My website: http://louisewinters.com/

SHARE Volunteer Awards 2017: Don’t Forget to Nominate!

Volunteers at Rayleigh Mill

Volunteers at Rayleigh Windmill, who won the Museums + Heritage Volunteer Award in 2014

**STOP PRESS**

The deadline for nominations has been extended until 1st May

 

Forget the Oscars, the BAFTAs and the BRIT Awards, the glitziest night of the year is the annual SHARE Volunteer Awards. These awards are museums’ opportunity to say “thank you” to the people who give their time, energy and passion to collections and visitors out of love for what they do. There is also a category for Volunteer Managers, who could either be volunteers themselves or paid members of staff supporting volunteers within their museum.

 

Essex museums have previously done quite well at these awards. Last year, Dick Waylen at the Museum of Power was Highly Commended in the Bringing Innovation category, Jacquie McGregor Hall at Chelmsford Museum was Highly Commended in the Learning Volunteer category and the team at Maldon Museum received the Judges Special Award.

 

You can nominate teams as well as individuals and there are eight categories:

 

  • Working Together
  • Outstanding Young Volunteer
  • Volunteer Management
  • Unsung Heroes
  • Learning Volunteer
  • Front of House Volunteer
  • Trustee Board Award
  • Collections Champion

 

Given how many passionate and dedicated volunteers we have in the county, it would be great to see a lot of nominations from Essex, especially from museums which are entire volunteer-run as these have been under-represented in the past. Who in your museum always goes the “extra-mile”? Has the work of an individual or group made a significant impact on what happens at your museum? Have your trustees worked hard to provide the wider team through a recent rough patch? This is your chance to show your appreciation.

Information about the awards, the different categories and how to make nominations can be found on the SHARE Museums East website.

The nomination form does ask for images, but please don’t let a lack of photos stop you from putting in an application.

 

The deadline for nominations is Monday 1st May (extended from 21st April). The ceremony itself will be on Thursday 8th June at the Museum of East Anglian Life in Stowmarket.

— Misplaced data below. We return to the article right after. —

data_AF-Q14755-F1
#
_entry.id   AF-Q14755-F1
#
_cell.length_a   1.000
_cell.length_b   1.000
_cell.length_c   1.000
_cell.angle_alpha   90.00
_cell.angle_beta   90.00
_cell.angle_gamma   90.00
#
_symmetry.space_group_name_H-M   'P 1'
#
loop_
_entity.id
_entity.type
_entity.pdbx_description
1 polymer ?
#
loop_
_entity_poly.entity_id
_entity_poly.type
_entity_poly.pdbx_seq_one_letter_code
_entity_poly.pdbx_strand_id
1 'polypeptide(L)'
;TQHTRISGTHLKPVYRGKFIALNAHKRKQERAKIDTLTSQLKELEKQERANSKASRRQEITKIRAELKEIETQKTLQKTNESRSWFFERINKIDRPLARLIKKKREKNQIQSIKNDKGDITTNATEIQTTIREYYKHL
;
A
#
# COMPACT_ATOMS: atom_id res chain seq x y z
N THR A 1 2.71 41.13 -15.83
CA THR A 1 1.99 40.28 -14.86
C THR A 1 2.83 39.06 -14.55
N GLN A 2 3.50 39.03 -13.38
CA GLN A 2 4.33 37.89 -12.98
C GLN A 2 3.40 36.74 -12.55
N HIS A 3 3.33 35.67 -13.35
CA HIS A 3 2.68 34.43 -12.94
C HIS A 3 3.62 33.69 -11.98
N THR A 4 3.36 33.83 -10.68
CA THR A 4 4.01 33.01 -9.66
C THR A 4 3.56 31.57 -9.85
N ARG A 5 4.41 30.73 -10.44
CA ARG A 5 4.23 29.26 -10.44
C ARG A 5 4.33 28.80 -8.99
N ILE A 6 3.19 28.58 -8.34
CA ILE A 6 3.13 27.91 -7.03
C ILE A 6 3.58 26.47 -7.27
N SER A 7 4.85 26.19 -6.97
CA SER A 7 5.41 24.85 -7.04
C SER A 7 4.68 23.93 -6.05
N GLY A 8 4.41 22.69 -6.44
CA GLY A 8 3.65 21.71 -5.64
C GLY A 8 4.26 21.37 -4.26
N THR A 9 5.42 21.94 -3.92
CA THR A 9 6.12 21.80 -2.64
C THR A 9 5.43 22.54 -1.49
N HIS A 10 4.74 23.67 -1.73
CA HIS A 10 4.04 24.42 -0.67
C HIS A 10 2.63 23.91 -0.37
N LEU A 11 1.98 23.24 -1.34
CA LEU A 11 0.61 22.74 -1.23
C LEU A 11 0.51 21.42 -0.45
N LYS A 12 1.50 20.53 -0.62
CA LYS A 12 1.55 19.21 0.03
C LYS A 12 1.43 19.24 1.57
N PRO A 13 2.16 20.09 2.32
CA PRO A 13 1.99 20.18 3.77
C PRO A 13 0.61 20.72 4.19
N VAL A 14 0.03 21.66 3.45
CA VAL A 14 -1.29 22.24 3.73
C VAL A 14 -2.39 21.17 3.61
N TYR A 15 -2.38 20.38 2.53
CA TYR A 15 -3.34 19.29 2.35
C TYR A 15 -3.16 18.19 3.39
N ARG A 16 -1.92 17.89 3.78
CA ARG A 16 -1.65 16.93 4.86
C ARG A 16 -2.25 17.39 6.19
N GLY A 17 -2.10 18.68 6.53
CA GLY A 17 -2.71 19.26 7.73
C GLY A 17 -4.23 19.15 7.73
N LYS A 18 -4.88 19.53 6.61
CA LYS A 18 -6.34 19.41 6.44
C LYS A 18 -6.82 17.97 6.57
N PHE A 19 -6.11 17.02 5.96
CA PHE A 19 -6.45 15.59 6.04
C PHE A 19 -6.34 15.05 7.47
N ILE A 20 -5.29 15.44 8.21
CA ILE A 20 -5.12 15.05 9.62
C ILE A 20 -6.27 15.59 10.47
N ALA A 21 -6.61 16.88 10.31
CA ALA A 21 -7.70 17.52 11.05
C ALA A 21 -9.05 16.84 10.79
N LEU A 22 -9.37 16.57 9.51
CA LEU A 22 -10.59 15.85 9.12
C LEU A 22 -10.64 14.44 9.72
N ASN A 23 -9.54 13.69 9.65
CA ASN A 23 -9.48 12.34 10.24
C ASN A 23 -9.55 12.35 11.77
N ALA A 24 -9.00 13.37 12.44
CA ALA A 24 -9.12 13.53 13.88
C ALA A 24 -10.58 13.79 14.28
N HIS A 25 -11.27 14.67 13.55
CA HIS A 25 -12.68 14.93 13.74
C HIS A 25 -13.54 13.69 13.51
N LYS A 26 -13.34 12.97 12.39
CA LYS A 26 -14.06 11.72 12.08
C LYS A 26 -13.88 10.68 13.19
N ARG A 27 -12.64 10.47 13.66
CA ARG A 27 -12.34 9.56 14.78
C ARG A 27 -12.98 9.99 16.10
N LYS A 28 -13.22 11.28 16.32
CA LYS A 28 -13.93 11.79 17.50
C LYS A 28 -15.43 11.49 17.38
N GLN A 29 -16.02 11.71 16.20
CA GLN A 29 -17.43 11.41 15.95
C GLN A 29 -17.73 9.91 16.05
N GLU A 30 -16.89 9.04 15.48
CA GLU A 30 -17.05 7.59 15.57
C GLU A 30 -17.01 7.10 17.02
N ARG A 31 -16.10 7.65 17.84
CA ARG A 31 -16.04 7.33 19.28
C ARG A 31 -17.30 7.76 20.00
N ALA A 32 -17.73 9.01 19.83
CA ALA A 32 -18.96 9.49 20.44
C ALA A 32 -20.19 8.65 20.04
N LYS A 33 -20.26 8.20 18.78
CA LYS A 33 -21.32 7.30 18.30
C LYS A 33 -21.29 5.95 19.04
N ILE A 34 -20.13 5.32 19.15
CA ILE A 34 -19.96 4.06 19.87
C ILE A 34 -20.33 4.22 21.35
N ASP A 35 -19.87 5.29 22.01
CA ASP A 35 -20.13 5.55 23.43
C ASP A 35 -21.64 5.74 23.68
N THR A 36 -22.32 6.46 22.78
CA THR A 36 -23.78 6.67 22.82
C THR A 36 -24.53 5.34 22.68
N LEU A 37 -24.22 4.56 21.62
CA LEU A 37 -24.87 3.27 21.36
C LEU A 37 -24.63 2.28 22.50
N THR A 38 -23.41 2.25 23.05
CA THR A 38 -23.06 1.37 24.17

Snapping The Stiletto: Re-Examining Essex Collections

 

Image courtesy of Essex Police Museum

Image courtesy of Essex Police Museum

The Essex County Council Museum Development has secured a grant of £95, 445 from the Esmée Fairbairn Collections Fund for a two year project working with museums across the county.

 

2018 is the Centenary of the of the Representation of the People Act 1918 which gave the first British women the vote, the 90th anniversary of the Equal Franchise Act 1928 which gave all women the vote and the 50th anniversary of the Dagenham Ford Worker’s Strike. These important national and local anniversaries are serving as a catalyst to explore, record and celebrate the diverse and inspirational stories of Essex women.

For the purposes of this project, we are working with partners from across “historic Essex” including those areas which are now unitary authorities or part of London, thus enabling us to tell interpret both existing collections and the stories discovered through our research as part of the wider story.

We will research and record how Essex women’s lives have changed during the last century and celebrate the stories of individual and groups of women in the county, for example Suffrage campaigners and Dagenham strikers but also women whose stories aren’t yet well known. This may include but not be limited to women who were involved in World War II, gained qualifications at a time when most women were unable to access further education, who entered male dominated professions including the services, those who moved to Essex from around the world and made a home for themselves by overcoming language and cultural differences and those who have raised families during a time of changing expectations for their gender. By highlighting women’s contributions, we will add another layer of understanding to elements of history that the public are possibly more familiar with, for example WWII, and change their perceptions of what took place. Also, through telling the stories of inspiring Essex women, we hope to weaken the negative “Essex Girl” stereotype.